“It’s a lifestyle, a culture you buy into,” the married father of three said of the military career – a statement that implies both ups and downs. Few other jobs offer similar excitement, camaraderie or opportunities for leadership, but few other jobs make the demands of danger, deployments and separation from family.

“It’s more than just a job,” Yeatman said. “It defines who you are.”



Josh RobinsonJosh Robinson  |  Front Desk Manager
Emerald Grande

Desk” may be in his job title, but this is no desk job. Josh Robinson is in the thick of the Gulf Coast tourist industry as a front desk manager at the Emerald Grande resort. The hours can be long and the work challenging – the customer, after all, is always right – but Robinson loves the dynamic environment and the chance to interact with guests.

“We want to offer our guests the best experience and we strive for excellence, so it’s demanding,” Robinson said of the Emerald Grande. As he explained, the Emerald Coast increasingly is home to some of the best hotels and resorts in the country. The trend has been much less “redneck,” much more “Riviera.”

“I’ve been in the hospitality business for a number of years, first in Tennessee and now in Northwest Florida,” Robinson said. Trading the Smoky Mountains for the beach was a big change of venue, but top-notch customer care still is the name of the game.

He is happy about his choice of careers, and even long hours or vacation-time surges can’t dampen his enthusiasm.

“My job offers me full benefits … the hospitality industry offers many great opportunities for growth and development,” Robinson said.

It takes a special person to work so that others can enjoy themselves – but for those with the right work ethic and attitude, the Emerald Coast’s thriving hospitality industry might be the right fit.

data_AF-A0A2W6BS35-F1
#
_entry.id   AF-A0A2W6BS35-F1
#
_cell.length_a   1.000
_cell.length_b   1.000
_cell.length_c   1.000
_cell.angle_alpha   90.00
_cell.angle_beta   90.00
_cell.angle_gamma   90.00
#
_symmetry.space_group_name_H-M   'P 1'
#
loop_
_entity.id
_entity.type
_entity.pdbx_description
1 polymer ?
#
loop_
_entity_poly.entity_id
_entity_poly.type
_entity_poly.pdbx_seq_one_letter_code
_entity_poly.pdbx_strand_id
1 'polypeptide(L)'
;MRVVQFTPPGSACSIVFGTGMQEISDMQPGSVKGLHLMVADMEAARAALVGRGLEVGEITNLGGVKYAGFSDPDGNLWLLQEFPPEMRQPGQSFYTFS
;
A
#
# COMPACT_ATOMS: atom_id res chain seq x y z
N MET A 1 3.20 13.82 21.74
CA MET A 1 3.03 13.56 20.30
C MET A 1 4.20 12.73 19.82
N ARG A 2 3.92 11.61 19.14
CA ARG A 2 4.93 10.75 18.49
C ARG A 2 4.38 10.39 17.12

Catherine MannCatherine Mann  |  Author

Local readers of romantic fiction, particularly the growing field of romance suspense, might be surprised to know that one of the stars of the genre lives right under their nose. With more than a million books in print, Catherine Mann, who writes under the Harlequin/Silhouette label, is a Gulf Coast original.

“While my stories are sometimes set around the world, I have a series of suspense novels that focuses on a squadron of fliers based out of Hurlburt Field here in the Panhandle,” Mann said. “The next book in that series – ‘On Target’ – landed on shelves this July.”

Mann is not only a writer but a mother of four, so the flexibility of her job is a powerful perk.

“Deadline Week is often hectic, and my family has learned to fend for themselves during that time … (but) for the most part, I’m able to adjust my writing obligations around family needs and events,” she said.

Contractually, Mann can’t share her income with us, but she does caution that writing is a labor of love, not a path to wealth. Even most successful writers measure “success” by getting published, not getting rich.

“Writing is absolutely a calling for me!” she said. “The stories build in my mind, begging to be told. It’s an amazing thrill to see them in print.”


Pick up a copy of the latest Emerald Coast Magazine to see a listing of regional, local, and state officials' annual salaries.